So, we could say the Bonn Powers have worked in levering this country forward to this point. This is a view shared by the vast majority of commentators, even including many of the OHR’s most vigorous critics.

Put simply, the Bonn Powers shattered the long ascendancy of obstructionism, through which those opposed to the rehabilitation of Bosnia and Herzegovina sought to sabotage the country’s recovery.

At the same time, however, the Bonn Powers created a dangerous dependency both in the BiH political establishment and in the international community.

The powers have acted like a wonder-drug that radically improves the patient’s condition, but weakens the patient’s natural powers of resistance – in this case the robust development of a civil society and effective parliamentary opposition capable of reigning in the worst excesses of nationalism and intolerance.

That is why, in each of the last three years, I have systematically reduced use of the Bonn powers to impose laws.

This year, I have not, so far, imposed a single law (though I have amended laws on four occasions, at the request of the BiH authorities).  And the number of removals has also declined significantly from a peak in the summer of 2004.

At the same time, we have made real progress in downsizing the OHR. The organisation’s staff has been cut by nearly halffrom its peak in 2002, and the budget for 2006 is less than 14 million Euros, compared to 21million Euros in 2004. We are now actively looking at ways in which OHR can transfer many of the functions that have fallen to it in the course of the last decade – from vetting ministers to drafting key pieces of legislation – to the domestic authorities.

We have sought to focus our efforts increasingly tightly on the key strategic tasks laid out in the Mission Implementation Plan (MIP), first published in January 2003 and updated at the start of each year since then. The MIP states clearly what has been accomplished, how OHR has to downsize and which realizable benchmarks must be set for what still has to be done.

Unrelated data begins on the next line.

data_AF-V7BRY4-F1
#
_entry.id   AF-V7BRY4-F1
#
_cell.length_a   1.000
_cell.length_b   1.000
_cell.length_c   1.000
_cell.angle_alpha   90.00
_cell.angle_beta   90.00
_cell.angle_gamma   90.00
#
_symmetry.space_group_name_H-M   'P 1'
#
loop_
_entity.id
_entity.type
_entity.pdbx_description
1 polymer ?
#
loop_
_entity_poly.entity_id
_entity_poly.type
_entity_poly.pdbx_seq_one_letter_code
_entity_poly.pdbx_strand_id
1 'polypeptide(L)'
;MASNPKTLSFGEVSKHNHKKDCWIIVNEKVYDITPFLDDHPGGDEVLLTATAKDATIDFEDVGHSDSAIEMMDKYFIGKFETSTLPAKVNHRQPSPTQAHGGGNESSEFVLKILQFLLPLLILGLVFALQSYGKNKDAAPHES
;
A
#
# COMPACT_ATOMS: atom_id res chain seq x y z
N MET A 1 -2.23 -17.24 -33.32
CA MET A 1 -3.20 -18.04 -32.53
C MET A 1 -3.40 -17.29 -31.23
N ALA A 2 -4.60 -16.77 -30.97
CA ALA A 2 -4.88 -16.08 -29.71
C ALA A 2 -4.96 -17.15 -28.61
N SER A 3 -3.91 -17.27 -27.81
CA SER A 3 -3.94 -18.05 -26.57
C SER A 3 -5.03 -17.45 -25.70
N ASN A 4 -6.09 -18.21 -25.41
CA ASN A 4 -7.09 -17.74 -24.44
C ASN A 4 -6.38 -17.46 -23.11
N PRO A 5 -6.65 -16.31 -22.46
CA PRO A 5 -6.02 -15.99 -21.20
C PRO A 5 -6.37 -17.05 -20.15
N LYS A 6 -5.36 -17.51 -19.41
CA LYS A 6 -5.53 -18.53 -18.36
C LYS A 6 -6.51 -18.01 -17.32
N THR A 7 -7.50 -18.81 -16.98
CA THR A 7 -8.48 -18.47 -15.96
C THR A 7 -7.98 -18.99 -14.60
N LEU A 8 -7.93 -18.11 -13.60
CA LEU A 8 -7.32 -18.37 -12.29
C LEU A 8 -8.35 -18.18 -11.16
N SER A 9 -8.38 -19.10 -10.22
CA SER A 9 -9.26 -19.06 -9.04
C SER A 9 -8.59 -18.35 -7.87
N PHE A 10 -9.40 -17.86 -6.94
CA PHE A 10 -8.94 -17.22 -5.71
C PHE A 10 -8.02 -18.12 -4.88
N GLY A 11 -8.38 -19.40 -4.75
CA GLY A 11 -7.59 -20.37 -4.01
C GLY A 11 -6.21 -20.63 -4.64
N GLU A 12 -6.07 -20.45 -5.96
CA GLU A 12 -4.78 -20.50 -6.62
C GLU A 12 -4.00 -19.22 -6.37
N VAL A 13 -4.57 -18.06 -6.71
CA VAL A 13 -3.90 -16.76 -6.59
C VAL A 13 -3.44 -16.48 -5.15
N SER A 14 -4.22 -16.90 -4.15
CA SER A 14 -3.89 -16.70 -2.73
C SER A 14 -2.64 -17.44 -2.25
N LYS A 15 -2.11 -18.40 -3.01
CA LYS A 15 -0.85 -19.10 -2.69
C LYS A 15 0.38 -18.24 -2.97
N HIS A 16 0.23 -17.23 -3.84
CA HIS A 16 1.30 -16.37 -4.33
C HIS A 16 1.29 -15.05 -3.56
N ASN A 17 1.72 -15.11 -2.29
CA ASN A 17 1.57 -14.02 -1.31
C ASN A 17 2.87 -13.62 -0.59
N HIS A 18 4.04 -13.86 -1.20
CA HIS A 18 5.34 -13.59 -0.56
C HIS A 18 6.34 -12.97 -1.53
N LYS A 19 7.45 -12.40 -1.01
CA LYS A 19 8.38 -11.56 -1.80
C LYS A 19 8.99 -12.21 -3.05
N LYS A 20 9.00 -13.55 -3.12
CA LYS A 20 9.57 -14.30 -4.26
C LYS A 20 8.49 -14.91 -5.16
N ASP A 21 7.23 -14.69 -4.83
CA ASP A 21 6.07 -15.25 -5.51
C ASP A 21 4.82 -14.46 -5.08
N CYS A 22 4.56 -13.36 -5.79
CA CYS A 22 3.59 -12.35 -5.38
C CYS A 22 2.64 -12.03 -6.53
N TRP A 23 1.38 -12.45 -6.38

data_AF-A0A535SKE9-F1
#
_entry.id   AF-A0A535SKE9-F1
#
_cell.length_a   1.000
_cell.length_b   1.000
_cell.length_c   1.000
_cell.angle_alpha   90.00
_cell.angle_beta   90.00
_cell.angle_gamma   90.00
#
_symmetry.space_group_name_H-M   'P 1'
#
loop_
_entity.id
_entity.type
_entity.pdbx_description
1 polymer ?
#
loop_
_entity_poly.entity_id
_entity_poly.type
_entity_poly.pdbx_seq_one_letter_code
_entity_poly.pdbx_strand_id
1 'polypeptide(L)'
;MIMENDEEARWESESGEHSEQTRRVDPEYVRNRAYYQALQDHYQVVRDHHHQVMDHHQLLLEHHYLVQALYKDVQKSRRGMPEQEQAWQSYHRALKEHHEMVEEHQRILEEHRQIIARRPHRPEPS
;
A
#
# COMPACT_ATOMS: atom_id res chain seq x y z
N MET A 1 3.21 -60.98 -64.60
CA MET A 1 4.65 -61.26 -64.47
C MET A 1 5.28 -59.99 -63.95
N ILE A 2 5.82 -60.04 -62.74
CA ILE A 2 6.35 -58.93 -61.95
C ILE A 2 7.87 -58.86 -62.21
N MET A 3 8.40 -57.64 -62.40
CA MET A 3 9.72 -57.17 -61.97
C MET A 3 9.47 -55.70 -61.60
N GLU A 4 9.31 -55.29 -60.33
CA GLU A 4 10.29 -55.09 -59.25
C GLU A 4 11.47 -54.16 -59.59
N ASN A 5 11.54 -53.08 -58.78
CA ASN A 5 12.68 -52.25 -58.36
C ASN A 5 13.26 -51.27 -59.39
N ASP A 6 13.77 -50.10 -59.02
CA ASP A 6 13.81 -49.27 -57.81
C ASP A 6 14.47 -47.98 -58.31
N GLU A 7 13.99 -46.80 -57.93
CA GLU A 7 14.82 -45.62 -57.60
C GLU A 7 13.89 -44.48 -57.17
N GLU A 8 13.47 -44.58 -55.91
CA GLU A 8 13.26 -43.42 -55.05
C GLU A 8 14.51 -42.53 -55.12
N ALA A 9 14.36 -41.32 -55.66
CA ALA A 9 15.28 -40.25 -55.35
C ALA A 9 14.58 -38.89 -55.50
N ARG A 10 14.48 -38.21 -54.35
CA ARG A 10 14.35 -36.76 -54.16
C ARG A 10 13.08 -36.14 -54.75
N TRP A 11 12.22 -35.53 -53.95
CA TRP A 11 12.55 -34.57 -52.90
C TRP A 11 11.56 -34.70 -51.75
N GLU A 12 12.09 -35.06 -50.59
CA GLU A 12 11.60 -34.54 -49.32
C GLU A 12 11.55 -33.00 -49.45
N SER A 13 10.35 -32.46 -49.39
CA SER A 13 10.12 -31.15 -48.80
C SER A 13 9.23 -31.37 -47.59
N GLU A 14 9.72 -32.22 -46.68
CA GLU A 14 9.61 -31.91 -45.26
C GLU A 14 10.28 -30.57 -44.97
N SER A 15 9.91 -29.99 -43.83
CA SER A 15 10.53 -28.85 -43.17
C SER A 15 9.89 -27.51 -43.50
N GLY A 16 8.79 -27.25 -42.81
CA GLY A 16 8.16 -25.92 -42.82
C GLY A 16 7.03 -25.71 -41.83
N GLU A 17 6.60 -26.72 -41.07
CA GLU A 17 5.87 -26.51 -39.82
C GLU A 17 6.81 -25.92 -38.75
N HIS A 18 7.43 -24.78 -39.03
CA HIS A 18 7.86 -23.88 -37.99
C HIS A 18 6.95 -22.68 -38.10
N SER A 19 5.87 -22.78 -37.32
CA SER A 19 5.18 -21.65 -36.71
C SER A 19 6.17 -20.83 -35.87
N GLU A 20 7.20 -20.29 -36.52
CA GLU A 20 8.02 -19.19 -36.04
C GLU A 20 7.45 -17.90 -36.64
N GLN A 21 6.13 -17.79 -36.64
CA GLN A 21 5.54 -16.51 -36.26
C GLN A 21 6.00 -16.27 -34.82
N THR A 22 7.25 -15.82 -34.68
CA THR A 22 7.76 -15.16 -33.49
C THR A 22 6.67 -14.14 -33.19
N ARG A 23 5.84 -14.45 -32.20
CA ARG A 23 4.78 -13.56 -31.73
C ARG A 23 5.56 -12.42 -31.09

Partnership for Peace

Meanwhile, on that second track, the road to NATO, the Alliance has made it clear that although all technical reforms necessary for PfP participation have been completed –what still remains to be demonstrated is full cooperation with the ICTY – culminating in the arrest of Karadzic and Mladic.

At the same time, the Defence Reform Commission, made up of BiH stakeholders and international partners, has charted a detailed way forward in the implementation of an ambitious reconfiguration of the old Entity armed forces that will bring them under democratic control and make them eligible not just for PfP, but for eventual full NATO membership.

So, these core elements – putting BiH irreversibly on course to effective statehood, and onto the path that leads to the EU and NATO, and to the phasing out the OHR – have brought us to the present vantage point.

We are, now, well placed to move forward to the next stage of BiH’s journey to full membership of the Euro-Atlantic family.


At this point I want to make clear that the benchmarks that have been set for BiH’s integration in Euro-Atlantic structures offer concrete means of improving the security and wellbeing of BiH citizens. They are not hoops that the country has to jump through for the sake of exercise. The strategic agenda consists of interdependent reforms that – when implemented – have had a tangible and positive impact on daily life.

Here is what we have done in the last three and a half years:-

·        The BiH Council of Ministers has been expanded from six ministries to nine and the Chair of the CoM no longer rotates on an eight-month month basis, but is a permanent position, lending greater stablity and stature to State structures.

·        The High Judicial and Prosecutorial Council is now a fully domestic institution, and the recently established BiH State Court, with its chambers to fight organized crime and war crimes, is now tackling the endemic lawlessness that has at times threatened to overwhelm the institutions of government.

·        The unified customs service has already staunched the hemorrhaging of revenue that was a function of the old fractured customs system. In 2005, revenue has increased by at least 12 percent, and public finances will be further strengthened by the introduction of VAT on 1 January next year.

·        Successful fiscal and banking reform, together with efforts to improve corporate governance and make the BiH business environment more conducive to investment and job creation, has resulted in GDP growth this year of 5.6 percent – the fastest in the Balkans.  Inflation stands at 0.5 percent, the lowest in the Balkans.  Foreign direct investment was up 25 percent in 2004.  Exports were up 25 percent, and industrial production is also up by around a quarter.